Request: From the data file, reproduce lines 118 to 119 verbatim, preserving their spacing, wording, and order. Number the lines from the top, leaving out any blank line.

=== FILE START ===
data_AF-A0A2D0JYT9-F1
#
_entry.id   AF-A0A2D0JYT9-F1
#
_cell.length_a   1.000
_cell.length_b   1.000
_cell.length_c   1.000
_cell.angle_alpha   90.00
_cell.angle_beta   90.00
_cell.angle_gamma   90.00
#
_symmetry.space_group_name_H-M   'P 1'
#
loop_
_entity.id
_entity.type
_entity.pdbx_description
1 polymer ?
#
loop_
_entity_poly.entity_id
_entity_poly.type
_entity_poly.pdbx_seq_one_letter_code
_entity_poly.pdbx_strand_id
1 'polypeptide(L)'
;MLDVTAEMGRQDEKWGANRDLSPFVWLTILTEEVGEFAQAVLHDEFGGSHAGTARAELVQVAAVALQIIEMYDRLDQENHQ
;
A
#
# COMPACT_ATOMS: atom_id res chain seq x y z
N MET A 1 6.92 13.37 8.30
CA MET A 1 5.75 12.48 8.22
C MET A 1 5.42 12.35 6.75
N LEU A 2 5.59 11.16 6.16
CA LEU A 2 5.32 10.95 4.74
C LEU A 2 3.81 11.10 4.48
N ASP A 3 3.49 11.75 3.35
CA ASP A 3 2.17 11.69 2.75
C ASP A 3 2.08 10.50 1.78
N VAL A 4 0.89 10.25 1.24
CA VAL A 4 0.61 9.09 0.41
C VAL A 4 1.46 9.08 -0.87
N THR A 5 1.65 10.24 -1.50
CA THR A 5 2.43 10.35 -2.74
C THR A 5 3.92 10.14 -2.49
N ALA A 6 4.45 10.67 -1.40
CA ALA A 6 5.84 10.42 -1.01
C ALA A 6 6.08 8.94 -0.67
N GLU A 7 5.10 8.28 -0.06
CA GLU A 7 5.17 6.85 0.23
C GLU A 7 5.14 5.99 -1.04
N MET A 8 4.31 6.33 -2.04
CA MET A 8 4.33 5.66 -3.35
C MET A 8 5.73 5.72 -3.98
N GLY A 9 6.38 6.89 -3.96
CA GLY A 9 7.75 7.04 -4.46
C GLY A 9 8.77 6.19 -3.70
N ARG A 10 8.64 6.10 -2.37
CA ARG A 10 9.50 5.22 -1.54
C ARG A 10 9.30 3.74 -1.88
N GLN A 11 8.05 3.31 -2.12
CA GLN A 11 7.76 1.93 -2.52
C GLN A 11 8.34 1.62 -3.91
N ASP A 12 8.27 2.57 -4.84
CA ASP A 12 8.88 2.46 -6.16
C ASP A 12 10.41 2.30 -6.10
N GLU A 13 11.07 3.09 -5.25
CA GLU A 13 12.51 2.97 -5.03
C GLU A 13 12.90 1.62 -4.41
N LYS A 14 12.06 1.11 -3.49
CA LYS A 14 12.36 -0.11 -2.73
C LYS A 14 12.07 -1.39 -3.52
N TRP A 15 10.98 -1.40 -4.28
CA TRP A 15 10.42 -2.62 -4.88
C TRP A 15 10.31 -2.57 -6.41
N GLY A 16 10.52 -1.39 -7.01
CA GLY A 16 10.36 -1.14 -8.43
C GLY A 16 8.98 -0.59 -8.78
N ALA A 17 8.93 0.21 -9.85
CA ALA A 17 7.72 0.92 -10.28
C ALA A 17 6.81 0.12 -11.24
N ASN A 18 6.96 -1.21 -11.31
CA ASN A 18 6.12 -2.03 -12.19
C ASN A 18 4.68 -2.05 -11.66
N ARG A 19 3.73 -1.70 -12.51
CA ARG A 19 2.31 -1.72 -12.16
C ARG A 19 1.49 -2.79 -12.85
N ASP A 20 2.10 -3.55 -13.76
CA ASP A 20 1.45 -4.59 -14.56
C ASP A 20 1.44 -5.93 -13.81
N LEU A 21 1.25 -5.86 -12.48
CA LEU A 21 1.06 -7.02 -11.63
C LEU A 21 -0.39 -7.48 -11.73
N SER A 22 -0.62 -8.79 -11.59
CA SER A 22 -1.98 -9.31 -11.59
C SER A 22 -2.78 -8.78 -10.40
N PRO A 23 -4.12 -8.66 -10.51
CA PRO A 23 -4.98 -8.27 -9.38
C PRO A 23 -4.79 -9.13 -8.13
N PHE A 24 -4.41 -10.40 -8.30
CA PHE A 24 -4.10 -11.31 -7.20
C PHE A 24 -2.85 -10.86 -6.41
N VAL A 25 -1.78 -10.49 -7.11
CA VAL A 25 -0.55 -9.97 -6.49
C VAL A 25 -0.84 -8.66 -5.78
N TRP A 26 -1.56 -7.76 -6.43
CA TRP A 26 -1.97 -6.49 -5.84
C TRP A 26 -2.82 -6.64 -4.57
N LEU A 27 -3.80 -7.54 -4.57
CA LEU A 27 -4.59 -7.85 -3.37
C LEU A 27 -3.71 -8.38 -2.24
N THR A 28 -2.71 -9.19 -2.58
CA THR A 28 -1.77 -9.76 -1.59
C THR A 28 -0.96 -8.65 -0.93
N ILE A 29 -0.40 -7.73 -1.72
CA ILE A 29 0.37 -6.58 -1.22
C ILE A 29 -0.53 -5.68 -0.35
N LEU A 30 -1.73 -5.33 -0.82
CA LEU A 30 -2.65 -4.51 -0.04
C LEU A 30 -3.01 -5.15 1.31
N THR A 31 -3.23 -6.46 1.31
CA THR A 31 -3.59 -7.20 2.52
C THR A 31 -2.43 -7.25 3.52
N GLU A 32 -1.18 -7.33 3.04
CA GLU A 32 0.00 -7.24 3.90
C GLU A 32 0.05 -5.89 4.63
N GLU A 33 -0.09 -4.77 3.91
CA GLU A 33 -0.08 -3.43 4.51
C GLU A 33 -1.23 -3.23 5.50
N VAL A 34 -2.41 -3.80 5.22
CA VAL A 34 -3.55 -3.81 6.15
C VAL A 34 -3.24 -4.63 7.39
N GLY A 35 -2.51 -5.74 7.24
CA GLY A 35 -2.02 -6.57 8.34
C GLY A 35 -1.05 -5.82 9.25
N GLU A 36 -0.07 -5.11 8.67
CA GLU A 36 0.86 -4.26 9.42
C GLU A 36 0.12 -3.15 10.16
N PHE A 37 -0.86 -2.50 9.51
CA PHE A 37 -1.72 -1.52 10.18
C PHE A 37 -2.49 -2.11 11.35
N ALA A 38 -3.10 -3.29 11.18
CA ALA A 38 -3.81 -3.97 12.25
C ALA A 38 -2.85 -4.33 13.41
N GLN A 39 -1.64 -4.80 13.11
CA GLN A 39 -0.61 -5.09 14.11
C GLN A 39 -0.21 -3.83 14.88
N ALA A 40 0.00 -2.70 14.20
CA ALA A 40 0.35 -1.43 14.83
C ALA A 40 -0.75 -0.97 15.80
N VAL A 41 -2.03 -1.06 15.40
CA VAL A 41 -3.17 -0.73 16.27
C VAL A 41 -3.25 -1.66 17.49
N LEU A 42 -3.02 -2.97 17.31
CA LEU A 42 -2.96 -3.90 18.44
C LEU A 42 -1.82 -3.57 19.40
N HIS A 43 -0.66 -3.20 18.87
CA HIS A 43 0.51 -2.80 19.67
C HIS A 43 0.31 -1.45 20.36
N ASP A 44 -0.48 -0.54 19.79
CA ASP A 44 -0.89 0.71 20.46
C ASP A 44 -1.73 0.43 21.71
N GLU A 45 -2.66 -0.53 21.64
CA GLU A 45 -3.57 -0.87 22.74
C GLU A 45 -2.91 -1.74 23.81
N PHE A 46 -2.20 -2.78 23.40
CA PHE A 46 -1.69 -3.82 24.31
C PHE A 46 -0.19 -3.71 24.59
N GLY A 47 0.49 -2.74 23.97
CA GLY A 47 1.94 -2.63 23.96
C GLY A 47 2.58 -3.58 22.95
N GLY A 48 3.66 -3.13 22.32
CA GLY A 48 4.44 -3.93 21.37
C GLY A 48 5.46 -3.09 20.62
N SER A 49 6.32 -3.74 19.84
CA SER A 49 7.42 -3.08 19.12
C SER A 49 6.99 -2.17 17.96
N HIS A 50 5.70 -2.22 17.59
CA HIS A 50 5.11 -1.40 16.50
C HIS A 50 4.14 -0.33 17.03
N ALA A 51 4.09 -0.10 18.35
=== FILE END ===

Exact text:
N LEU A 30 -1.73 -5.33 -0.82
CA LEU A 30 -2.65 -4.51 -0.04